The Hastert Rule, also known as the "majority of the majority" rule, is an informal governing principle used in the United States by Republican Speakers of the House of Representatives since the mid-1990s to maintain their speakerships and limit the power of the minority party to bring bills up for a vote on the floor of the House. Under the doctrine, the Speaker will not allow a floor vote on a bill unless a majority of the majority party supports the bill.
The Hastert Rule is an informal rule and the Speaker is not bound by it; he or she may break it at his or her discretion. Speakers have at times broken the Hastert Rule and allowed votes to be scheduled on legislation that lacked majority support within the Speaker's own party. Hastert described the rule as being "kind of a misnomer" in that it "never really existed" as a rule.
Under House rules, the Speaker schedules floor votes on pending legislation. The Hastert Rule says that the Speaker will not schedule a floor vote on any bill that does not have majority support within his or her party — even if the majority of the members of the House would vote to pass it. The rule keeps the minority party from passing bills with the assistance of a minority of majority party members. In the House, 218 votes are needed to pass a bill; if 200 Democrats are the minority and 235 Republicans are the majority, the Hastert Rule would not allow 200 Democrats and 100 Republicans together to pass a bill, because 100 Republican votes is short of a majority of the majority party, so the Speaker would not allow a vote to take place.
The Hastert Rule's introduction is widely credited to Speaker Dennis Hastert (1999–2007); however, Newt Gingrich, who directly preceded Hastert as Speaker (1995–1999), followed the same rule. The notion of the rule arose out of a debate in 2006 over whether Hastert should bring an immigration reform bill to the House floor after it had been passed by the Senate. “It was pretty obvious at that point that it didn’t have the votes to move it out, especially in the Judiciary Committee,” he said later. “It was pretty well stacked with people who weren’t willing to move.”
Speakers' views and use of the policy
- Tip O'Neill (Speaker from 1977–1987): According to John Feehery, a Hastert aide and speechwriter who coined the term "majority of the majority," O'Neill let the Republicans "run the floor" because he didn't have the votes and because he believed that if he gave President Ronald Reagan "enough rope, he would end up strangling himself."
- Tom Foley: (1989–1995): In 2004, Foley said, "I think you don't want to bring bills to the floor that a majority of your party is opposed to routinely but sometimes when a great issue is at stake, I think you need to do that."
- Newt Gingrich (1995–1999): Although the majority-of-the-majority rule had not been articulated at the time, Gingrich followed it in practice.
- Dennis Hastert (1999–2007): In 2003 Hastert said, "On occasion, a particular issue might excite a majority made up mostly of the minority. Campaign finance is a particularly good example of this phenomenon. [But] the job of speaker is not to expedite legislation that runs counter to the wishes of the majority of his majority." During his speakership, he broke the Hastert Rule a dozen times. In mid-2013 he said, "If you start to rely on the minority to get the majority of your votes, then all of a sudden you’re not running the shop anymore." Later that year, Hastert said, "The Hastert Rule never really existed. It's a non-entity as far as I'm concerned." Reflecting on his time as speaker, he said, "This wasn’t a rule. I was speaking philosophically at the time.... The Hastert Rule is kind of a misnomer."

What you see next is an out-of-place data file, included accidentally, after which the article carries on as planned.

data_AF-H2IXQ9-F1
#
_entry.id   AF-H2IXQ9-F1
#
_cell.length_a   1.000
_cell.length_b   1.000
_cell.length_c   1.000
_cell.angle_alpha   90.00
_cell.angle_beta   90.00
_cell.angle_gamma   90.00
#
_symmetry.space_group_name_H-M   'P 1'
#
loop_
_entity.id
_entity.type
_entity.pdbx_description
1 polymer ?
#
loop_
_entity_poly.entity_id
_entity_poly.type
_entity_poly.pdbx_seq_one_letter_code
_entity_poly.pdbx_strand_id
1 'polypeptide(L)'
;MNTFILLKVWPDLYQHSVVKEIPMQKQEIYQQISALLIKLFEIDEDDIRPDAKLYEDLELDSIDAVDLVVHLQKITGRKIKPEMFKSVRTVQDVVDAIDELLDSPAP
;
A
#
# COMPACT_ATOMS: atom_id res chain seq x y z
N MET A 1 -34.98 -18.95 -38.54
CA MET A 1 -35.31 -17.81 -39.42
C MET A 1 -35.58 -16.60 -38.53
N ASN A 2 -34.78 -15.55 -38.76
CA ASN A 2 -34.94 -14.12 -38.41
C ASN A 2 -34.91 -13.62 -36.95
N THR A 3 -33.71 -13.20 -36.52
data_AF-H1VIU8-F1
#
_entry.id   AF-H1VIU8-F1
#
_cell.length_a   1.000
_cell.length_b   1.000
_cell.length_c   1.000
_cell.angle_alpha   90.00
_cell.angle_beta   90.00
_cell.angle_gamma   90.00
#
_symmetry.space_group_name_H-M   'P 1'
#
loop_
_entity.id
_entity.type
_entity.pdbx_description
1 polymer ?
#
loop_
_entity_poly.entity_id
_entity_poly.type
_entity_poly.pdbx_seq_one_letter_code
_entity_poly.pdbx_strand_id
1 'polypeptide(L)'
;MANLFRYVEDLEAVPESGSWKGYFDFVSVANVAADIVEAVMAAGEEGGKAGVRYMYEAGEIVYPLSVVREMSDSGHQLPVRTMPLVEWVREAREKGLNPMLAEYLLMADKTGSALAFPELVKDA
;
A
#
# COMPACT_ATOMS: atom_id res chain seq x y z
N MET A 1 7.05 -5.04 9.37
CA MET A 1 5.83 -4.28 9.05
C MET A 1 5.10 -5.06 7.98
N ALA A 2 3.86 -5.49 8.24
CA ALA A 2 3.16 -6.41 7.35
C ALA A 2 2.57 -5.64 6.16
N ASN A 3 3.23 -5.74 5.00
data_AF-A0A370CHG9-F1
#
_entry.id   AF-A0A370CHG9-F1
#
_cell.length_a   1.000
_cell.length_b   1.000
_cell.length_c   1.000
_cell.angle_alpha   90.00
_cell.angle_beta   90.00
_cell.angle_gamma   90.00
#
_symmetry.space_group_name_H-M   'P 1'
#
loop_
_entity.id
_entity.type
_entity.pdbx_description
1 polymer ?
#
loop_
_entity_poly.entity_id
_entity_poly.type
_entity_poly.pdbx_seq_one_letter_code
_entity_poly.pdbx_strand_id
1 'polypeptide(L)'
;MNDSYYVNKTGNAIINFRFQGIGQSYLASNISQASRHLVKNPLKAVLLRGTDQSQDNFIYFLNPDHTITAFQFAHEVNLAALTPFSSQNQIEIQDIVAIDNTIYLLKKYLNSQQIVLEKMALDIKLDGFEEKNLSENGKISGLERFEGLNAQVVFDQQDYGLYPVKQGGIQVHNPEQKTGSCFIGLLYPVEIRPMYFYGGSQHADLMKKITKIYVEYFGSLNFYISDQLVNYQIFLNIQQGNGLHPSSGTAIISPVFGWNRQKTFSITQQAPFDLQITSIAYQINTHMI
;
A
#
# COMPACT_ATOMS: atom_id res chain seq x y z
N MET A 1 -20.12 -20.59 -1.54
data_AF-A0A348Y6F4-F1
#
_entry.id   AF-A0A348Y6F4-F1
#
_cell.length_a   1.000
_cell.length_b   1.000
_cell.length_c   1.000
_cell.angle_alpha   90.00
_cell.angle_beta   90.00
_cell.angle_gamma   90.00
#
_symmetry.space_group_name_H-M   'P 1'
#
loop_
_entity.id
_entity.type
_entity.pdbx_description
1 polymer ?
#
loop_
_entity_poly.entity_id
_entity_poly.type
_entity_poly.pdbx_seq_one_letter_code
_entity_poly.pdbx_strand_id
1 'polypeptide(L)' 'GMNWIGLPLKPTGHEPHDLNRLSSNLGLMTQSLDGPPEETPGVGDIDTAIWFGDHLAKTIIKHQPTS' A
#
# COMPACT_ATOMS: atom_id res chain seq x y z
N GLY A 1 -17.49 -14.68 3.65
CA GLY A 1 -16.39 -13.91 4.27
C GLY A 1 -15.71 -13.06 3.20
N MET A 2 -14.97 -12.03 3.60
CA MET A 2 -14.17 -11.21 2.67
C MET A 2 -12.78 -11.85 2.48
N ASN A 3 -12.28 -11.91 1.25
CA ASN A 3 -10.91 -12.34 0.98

- Nancy Pelosi (2007–2011): In 2003 Pelosi, then the Minority Leader under Speaker Hastert, decried the Hastert Rule as a partisan attempt to marginalize elected members of the Democratic Party in Congress. In May 2007 Pelosi said, "I'm the Speaker of the House...I have to take into consideration something broader than the majority of the majority in the Democratic Caucus." She also said at that time, "I would encourage my colleagues not to be proposing resolutions that say 'the majority of the majority does this or that.' We have to talk it out, see what is possible to get a job done. And as I say, we do that together." Pelosi's former chief of staff, George Crawford, expanded upon this saying, "On the larger issue of the 'majority of the majority,' she has talked about that for a quite a while. She does want the minority party to engage in the legislative process... That's the kind of Speakership she wants." She violated the majority-of-the-majority rule seven times during her four-year speakership.
- John Boehner (2011–2015):
- In December 2012 Boehner told his caucus in a conference call, "I'm not interested in passing something with mostly Democrat votes" and that did not have the support of the majority of the Republican caucus. Nonetheless, Boehner allowed a vote on January 1, 2013 on the American Taxpayer Relief Act of 2012 (also known as the "fiscal cliff bill") with only 85 out of 241 Republicans in favor (a support level of only 35%) and the bill passed with the support of 90% of Democrats (172 out of 191). The bill's passage marked the first time in more than ten years that a measure passed a Republican-controlled House when opposed by a majority of House Republicans. In response, former House Speaker Hastert criticized Boehner for not adhering to the "majority of the majority" governing principle by saying, "Maybe you can do it once, maybe you can do it twice, but when you start making deals when you have to get Democrats to pass the legislation, you are not in power anymore."